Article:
We’ve entered our 10th week of the General Session and this week we will take two days off for Spring Break. The House voted several weeks ago to take off this Thursday and Friday so that members might be able to spend a few extra day with their families. Many members have school-age children. We are all looking forward to a few days back at home.
Last week Representative Don Glover and I shared three Pages from Hamburg School District. Thanks to HHS teacher Emily Wisener for arranging for the students to come and spend an extra day learning about our Capitol and the operations of the House of Representatives.
This week we will also honor the sacrifices of our families while we work in Little Rock during the session. My daughter Katelyn and her husband William look after things and make sure my dogs are spoiled and fed while I am gone. I also rely on my neighbor Sheere Scogin to help with my house and dogs. Thanks so much to each of you!
There were several bills that passed the House last week that will impact our communities. I heard from County Judges Jim Hudson and Robert Akin, about the importance of The Arkansas Public Safety Act (HB1564) to our counties. When it becomes law, this bill will transform our state’s 911 networks by shifting the current analog system to an Internet protocol-based network. Our counties have already been working on how this will be set up when it becomes operational. The system will use new technology that will allow callers to use wireless and IP-based devices to call 911 and transmit text, images, video and data.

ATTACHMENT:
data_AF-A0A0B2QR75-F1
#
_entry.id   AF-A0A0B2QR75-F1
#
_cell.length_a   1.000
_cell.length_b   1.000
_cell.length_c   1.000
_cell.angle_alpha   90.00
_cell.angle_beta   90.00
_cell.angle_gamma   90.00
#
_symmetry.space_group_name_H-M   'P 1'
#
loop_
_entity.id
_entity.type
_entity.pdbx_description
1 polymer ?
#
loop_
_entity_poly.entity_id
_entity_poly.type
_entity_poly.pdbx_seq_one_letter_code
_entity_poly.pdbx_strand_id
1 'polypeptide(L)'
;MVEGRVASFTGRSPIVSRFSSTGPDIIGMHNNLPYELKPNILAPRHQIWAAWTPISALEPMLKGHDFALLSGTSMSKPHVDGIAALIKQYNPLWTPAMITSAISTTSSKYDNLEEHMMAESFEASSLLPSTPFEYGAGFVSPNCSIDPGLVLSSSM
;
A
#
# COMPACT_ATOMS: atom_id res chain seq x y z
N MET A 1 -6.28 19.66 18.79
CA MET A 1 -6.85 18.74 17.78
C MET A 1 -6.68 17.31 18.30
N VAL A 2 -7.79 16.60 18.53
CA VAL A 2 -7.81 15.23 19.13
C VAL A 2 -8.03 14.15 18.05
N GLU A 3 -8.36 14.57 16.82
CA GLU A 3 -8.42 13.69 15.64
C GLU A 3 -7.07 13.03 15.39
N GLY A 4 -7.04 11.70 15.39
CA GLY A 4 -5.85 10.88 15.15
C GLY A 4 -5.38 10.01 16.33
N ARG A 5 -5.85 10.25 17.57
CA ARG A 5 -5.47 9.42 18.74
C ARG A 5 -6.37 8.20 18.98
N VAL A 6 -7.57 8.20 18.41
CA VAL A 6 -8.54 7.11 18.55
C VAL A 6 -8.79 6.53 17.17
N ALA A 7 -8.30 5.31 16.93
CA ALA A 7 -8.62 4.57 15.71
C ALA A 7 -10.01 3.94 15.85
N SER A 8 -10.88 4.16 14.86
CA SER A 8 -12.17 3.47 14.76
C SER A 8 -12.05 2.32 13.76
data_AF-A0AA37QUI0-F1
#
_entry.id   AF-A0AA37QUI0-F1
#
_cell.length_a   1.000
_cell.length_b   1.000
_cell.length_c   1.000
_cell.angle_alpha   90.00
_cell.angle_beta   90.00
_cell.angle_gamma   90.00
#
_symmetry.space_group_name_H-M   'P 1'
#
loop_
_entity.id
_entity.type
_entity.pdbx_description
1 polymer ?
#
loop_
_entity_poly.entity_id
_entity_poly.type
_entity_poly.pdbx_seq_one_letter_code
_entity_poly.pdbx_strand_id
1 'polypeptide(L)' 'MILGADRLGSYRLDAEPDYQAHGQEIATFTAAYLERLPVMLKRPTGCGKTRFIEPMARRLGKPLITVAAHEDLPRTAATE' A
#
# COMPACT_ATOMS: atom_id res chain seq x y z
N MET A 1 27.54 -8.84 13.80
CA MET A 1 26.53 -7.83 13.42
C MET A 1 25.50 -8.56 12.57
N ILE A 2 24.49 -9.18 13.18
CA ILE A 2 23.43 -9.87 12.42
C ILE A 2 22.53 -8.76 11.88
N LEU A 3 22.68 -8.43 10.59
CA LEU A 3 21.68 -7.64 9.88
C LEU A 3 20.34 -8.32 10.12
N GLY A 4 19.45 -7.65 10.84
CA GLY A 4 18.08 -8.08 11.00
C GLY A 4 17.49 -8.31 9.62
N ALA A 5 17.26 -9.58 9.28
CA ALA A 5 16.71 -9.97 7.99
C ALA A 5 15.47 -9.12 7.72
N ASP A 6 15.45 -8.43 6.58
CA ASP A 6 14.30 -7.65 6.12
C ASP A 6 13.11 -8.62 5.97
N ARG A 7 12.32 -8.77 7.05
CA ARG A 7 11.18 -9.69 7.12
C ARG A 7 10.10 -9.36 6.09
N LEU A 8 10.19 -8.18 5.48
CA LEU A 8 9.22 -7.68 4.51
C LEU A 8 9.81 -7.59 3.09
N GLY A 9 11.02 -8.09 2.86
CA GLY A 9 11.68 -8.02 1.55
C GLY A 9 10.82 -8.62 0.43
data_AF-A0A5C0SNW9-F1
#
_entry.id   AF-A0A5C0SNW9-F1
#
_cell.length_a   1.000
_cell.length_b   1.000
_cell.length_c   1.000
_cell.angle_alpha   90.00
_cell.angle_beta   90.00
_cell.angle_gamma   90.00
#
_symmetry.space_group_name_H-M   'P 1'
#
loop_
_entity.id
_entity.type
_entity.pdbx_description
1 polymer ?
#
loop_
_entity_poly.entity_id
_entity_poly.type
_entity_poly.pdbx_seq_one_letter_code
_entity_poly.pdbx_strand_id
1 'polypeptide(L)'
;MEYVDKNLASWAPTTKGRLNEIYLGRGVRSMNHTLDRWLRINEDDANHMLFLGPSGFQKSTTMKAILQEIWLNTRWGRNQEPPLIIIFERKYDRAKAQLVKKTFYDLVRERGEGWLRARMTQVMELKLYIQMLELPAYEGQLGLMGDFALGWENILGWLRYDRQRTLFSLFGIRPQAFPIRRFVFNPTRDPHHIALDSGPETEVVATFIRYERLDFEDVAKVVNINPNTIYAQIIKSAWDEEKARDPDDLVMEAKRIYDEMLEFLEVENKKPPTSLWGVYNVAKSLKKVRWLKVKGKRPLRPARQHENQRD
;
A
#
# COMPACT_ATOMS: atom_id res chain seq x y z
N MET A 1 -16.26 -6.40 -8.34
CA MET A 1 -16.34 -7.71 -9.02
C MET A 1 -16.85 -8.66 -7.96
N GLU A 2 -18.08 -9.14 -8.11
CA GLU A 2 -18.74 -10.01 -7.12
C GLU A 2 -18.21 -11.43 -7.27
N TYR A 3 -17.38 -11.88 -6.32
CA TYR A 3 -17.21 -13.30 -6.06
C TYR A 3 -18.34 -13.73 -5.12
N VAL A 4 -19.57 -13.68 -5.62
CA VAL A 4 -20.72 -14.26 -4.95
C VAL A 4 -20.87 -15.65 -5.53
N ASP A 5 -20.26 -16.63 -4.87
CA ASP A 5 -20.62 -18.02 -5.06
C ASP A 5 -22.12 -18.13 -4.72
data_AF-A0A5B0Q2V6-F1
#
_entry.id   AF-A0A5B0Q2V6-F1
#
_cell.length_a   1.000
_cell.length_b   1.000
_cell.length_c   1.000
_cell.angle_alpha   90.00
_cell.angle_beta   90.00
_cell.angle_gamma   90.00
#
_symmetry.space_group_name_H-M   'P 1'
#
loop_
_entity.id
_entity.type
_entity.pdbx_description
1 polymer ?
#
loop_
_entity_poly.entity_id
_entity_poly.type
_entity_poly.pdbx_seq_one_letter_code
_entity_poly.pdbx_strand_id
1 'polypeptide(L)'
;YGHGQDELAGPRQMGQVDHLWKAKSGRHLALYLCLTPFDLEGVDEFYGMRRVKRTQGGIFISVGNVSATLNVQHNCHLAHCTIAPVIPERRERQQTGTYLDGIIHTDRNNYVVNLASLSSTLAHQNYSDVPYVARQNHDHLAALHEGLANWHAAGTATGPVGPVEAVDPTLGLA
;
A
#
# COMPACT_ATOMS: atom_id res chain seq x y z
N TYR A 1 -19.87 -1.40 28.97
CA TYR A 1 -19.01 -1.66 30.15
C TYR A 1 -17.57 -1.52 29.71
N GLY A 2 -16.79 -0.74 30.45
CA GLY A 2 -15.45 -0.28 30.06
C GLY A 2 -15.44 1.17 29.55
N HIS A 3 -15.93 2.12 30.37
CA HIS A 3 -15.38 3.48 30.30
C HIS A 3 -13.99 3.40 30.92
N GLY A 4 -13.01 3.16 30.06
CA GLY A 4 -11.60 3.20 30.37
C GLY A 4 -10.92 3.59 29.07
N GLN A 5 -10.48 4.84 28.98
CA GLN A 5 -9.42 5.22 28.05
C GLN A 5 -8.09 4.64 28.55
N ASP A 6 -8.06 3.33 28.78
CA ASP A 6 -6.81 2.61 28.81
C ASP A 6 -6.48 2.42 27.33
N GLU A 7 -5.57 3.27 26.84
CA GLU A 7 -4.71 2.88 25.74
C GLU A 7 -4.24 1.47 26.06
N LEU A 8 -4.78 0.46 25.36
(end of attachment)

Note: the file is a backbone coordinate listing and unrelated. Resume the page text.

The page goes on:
To fund upgrades, the bill increases the public safety charges on cell phones from 65 cents/month to $1.30/month. It also removes the 65-cent charge per purchase on prepaid cellular plans and adds a 10 percent charge per purchase.
In 2016, counties and cities subsidized 911 by $25 million. The changes outlined in HB1564 are expected to reduce the burden on counties and cities by $16 million.
Last year, Arkansas became one of eleven states chosen to participate in the Occupational Licensing Policy Learning Consortium, an initiative funded by a grant from the United States Department of Labor and supported in partnership with the National Conference of State Legislatures, the Council of State Governments, and the National Governors Association. I was honored to be one of the 17 individuals that the Governor appointed to the Red Tape Reduction Working Group to review and address occupational licensing regulations that create unnecessary barriers to labor market entry.
HB1527 was the one of the recommendations from the working group. This bill requires that the occupational authorizations and the occupational entities be divided into 6 groups. The Legislative Council will review one group each year to ensure it is the least restrictive form of authorization while still protecting consumers.